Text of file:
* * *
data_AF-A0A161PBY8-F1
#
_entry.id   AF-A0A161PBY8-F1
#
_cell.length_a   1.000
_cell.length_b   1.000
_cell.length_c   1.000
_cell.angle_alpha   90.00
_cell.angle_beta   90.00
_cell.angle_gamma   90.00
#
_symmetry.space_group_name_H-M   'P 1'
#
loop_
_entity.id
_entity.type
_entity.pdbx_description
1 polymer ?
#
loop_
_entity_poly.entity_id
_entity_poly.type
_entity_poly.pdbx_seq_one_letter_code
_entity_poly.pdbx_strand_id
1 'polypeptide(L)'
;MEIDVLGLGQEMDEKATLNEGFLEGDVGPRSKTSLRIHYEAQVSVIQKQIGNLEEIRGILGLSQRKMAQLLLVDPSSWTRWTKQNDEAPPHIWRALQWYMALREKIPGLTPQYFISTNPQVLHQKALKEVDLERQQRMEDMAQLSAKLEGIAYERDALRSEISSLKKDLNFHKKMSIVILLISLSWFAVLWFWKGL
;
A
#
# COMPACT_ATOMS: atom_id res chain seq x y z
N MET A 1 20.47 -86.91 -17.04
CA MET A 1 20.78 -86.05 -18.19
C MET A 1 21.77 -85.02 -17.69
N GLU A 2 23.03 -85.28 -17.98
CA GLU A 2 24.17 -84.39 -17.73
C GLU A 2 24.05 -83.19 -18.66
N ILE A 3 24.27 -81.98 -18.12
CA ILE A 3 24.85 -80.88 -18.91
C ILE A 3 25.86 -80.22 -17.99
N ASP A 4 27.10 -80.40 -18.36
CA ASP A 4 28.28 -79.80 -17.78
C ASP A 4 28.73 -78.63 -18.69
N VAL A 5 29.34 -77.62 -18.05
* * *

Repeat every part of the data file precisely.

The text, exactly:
data_AF-A0A161PBY8-F1
#
_entry.id   AF-A0A161PBY8-F1
#
_cell.length_a   1.000
_cell.length_b   1.000
_cell.length_c   1.000
_cell.angle_alpha   90.00
_cell.angle_beta   90.00
_cell.angle_gamma   90.00
#
_symmetry.space_group_name_H-M   'P 1'
#
loop_
_entity.id
_entity.type
_entity.pdbx_description
1 polymer ?
#
loop_
_entity_poly.entity_id
_entity_poly.type
_entity_poly.pdbx_seq_one_letter_code
_entity_poly.pdbx_strand_id
1 'polypeptide(L)'
;MEIDVLGLGQEMDEKATLNEGFLEGDVGPRSKTSLRIHYEAQVSVIQKQIGNLEEIRGILGLSQRKMAQLLLVDPSSWTRWTKQNDEAPPHIWRALQWYMALREKIPGLTPQYFISTNPQVLHQKALKEVDLERQQRMEDMAQLSAKLEGIAYERDALRSEISSLKKDLNFHKKMSIVILLISLSWFAVLWFWKGL
;
A
#
# COMPACT_ATOMS: atom_id res chain seq x y z
N MET A 1 20.47 -86.91 -17.04
CA MET A 1 20.78 -86.05 -18.19
C MET A 1 21.77 -85.02 -17.69
N GLU A 2 23.03 -85.28 -17.98
CA GLU A 2 24.17 -84.39 -17.73
C GLU A 2 24.05 -83.19 -18.66
N ILE A 3 24.27 -81.98 -18.12
CA ILE A 3 24.85 -80.88 -18.91
C ILE A 3 25.86 -80.22 -17.99
N ASP A 4 27.10 -80.40 -18.36
CA ASP A 4 28.28 -79.80 -17.78
C ASP A 4 28.73 -78.63 -18.69
N VAL A 5 29.34 -77.62 -18.05